Two of Colorado's three Republican members of the U.S. House of Representatives, along with Weld County and a Denver-based think tank, are asking the U.S. Supreme Court to overturn a New York law regulating the ability to carry a concealed firearm outside of the home.
The case, New York State Rifle & Pistol Association v. Bruen, will weigh whether the state's rejection of concealed-carry applications pursuant to a law requiring applicants to show "proper cause" is a violation of the Second Amendment.
In a legal brief filed on July 19 in support of the constitutional challenge, U.S. Reps. Doug Lamborn and Lauren Boebert were among the 176 GOP House members claiming that their constituents "are now in danger of criminal prosecution should they attempt to exercise their inalienable right to bear arms in the State of New York."
Boebert has made guns integral to her image as a public figure. Her restaurant, Shooter's Grill in Rifle, features servers who wear holstered weapons. The District of Columbia's police department granted her a concealed carry permit this year after she recorded a video of herself pledging to carry her gun around the city. Boebert also refused to allow a search of her bag at metal detectors installed in the Capitol after the Jan. 6 insurrection, tweeting that she was allowed to carry her weapon.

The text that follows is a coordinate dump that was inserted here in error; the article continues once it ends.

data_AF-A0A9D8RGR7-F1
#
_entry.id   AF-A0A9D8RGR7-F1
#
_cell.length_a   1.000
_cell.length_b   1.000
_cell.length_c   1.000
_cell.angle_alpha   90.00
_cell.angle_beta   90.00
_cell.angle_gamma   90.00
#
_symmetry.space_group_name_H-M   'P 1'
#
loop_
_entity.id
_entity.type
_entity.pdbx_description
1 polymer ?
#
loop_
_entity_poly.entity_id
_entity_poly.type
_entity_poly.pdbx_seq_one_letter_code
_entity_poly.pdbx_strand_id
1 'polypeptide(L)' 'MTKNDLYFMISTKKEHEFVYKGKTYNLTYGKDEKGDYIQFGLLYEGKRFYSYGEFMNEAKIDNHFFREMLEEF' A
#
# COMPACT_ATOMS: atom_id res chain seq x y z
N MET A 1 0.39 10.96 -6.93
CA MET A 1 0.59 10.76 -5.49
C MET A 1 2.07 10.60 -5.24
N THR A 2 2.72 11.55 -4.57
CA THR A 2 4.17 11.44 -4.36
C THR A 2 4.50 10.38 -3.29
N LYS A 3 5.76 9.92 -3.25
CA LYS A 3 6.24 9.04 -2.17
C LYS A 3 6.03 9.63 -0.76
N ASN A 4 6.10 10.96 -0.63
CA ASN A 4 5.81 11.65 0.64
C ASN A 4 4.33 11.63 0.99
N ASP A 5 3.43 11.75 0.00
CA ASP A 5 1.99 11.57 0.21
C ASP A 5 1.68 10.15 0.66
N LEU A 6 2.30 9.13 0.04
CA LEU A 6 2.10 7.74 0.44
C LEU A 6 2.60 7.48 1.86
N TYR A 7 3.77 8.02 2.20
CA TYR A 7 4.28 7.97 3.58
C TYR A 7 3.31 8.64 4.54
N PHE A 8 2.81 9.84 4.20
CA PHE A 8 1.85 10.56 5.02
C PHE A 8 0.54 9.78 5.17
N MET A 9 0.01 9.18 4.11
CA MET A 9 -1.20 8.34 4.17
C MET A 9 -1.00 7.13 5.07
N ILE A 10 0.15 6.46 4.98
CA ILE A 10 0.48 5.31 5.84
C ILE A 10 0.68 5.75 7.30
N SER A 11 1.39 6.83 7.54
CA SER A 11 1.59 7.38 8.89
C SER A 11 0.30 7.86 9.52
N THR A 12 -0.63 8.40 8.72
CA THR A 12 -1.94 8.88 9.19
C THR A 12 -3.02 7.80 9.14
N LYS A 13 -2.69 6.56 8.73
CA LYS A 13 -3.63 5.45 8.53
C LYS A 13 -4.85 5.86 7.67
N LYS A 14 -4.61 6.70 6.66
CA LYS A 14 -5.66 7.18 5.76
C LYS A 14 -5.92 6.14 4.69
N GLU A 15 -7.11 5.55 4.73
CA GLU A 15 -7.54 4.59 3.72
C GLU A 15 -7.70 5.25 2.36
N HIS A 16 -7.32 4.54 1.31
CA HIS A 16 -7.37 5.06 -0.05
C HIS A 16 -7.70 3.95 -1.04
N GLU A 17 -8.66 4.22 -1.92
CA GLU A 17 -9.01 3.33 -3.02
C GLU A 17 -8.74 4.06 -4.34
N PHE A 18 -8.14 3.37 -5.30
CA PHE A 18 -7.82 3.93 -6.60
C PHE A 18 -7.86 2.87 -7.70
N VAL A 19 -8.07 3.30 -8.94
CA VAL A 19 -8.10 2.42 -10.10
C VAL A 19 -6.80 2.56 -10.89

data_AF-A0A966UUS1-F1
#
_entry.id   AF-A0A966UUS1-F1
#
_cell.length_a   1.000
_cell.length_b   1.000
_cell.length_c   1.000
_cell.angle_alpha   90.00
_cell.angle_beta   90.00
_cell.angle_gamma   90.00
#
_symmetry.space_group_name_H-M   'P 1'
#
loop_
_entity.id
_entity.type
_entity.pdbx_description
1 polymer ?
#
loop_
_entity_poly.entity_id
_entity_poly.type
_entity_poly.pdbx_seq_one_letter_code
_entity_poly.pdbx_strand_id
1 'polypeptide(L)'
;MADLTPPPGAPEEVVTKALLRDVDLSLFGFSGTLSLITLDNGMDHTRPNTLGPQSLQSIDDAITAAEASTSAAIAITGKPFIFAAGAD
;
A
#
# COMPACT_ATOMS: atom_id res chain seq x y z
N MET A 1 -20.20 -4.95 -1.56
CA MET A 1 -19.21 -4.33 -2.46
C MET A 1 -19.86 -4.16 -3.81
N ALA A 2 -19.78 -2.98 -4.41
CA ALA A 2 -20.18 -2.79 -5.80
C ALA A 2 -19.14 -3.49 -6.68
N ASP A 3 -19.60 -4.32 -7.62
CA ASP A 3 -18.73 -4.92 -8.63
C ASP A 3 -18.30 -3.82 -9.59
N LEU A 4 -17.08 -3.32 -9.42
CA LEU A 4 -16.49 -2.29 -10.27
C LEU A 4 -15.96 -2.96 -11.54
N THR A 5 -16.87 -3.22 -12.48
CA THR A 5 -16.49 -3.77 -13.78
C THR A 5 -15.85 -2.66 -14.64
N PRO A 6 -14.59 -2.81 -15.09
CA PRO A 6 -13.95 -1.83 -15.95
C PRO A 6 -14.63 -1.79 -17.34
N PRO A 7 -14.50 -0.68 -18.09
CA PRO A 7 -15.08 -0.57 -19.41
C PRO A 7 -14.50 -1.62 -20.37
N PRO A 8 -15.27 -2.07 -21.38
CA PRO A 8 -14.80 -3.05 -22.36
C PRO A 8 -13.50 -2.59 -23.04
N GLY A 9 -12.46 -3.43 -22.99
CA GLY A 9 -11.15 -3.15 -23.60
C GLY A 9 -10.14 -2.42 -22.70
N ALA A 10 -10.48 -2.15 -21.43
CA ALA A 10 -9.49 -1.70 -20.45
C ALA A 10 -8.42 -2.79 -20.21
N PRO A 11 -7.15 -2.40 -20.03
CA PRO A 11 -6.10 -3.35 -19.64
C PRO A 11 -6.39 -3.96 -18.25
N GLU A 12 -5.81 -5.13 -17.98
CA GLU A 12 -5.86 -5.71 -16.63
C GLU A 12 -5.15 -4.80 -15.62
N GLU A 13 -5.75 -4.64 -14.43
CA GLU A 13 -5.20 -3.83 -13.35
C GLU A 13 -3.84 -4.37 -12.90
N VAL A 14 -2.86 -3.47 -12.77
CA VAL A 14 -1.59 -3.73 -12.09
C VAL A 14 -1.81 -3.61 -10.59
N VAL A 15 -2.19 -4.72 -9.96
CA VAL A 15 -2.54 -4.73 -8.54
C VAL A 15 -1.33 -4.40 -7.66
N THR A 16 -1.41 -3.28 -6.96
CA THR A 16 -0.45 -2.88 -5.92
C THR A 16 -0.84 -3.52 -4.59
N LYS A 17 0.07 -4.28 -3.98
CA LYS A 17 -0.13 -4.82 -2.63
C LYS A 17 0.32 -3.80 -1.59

The Supreme Court in April granted the appeal out of New York. A federal circuit court last year upheld the state's 1911 "Sullivan Law," and New York's attorney general told the Supreme Court that there was no proof submitted that the law constituted a de facto ban on firearm possession outside of the home. People with an actual need to carry a weapon for self-defense, the state noted, would satisfy the proper cause requirement.
However, the House Republicans countered that such a regulation "smacks of elitism" by transforming the right of firearm ownership into a "special privilege." They also alleged the Sullivan Law originally was used as a tool to exclude immigrants from owning firearms.
Gun safety advocates have called the stakes of the lawsuit high. “Gun violence has only worsened during the pandemic, and a ruling that opened the door to weakening our gun laws could make it even harder for cities and states to grapple with this public health crisis," said Eric Tirschwell, managing director of Everytown Law.
In a separate brief also filed this week, Weld County and its sheriff, Steve Reams, along with the libertarian Independence Institute in Denver argued there is a long legal tradition of allowing the public carry of weapons.
"[B]oth the Founders and the founding citizenry at large voluntarily carried arms routinely for defense and sport," the brief described, listing John Adams, Patrick Henry and explorer Meriwether Lewis as individuals who took guns for hunting.
Weld County in May reaffirmed its label as a "Second Amendment Sanctuary," which pledged the jurisdiction's opposition to gun safety regulations that restrict the right to keep or bear arms. The county also indicated that it would support Reams "in the exercise of his sound discretion to not enforce against any citizen an unconstitutional firearms law."
U.S. Rep. Ken Buck, who represents Weld County, was not a signatory to the House GOP's brief. A spokesperson for Buck did not immediately respond to an email seeking comment.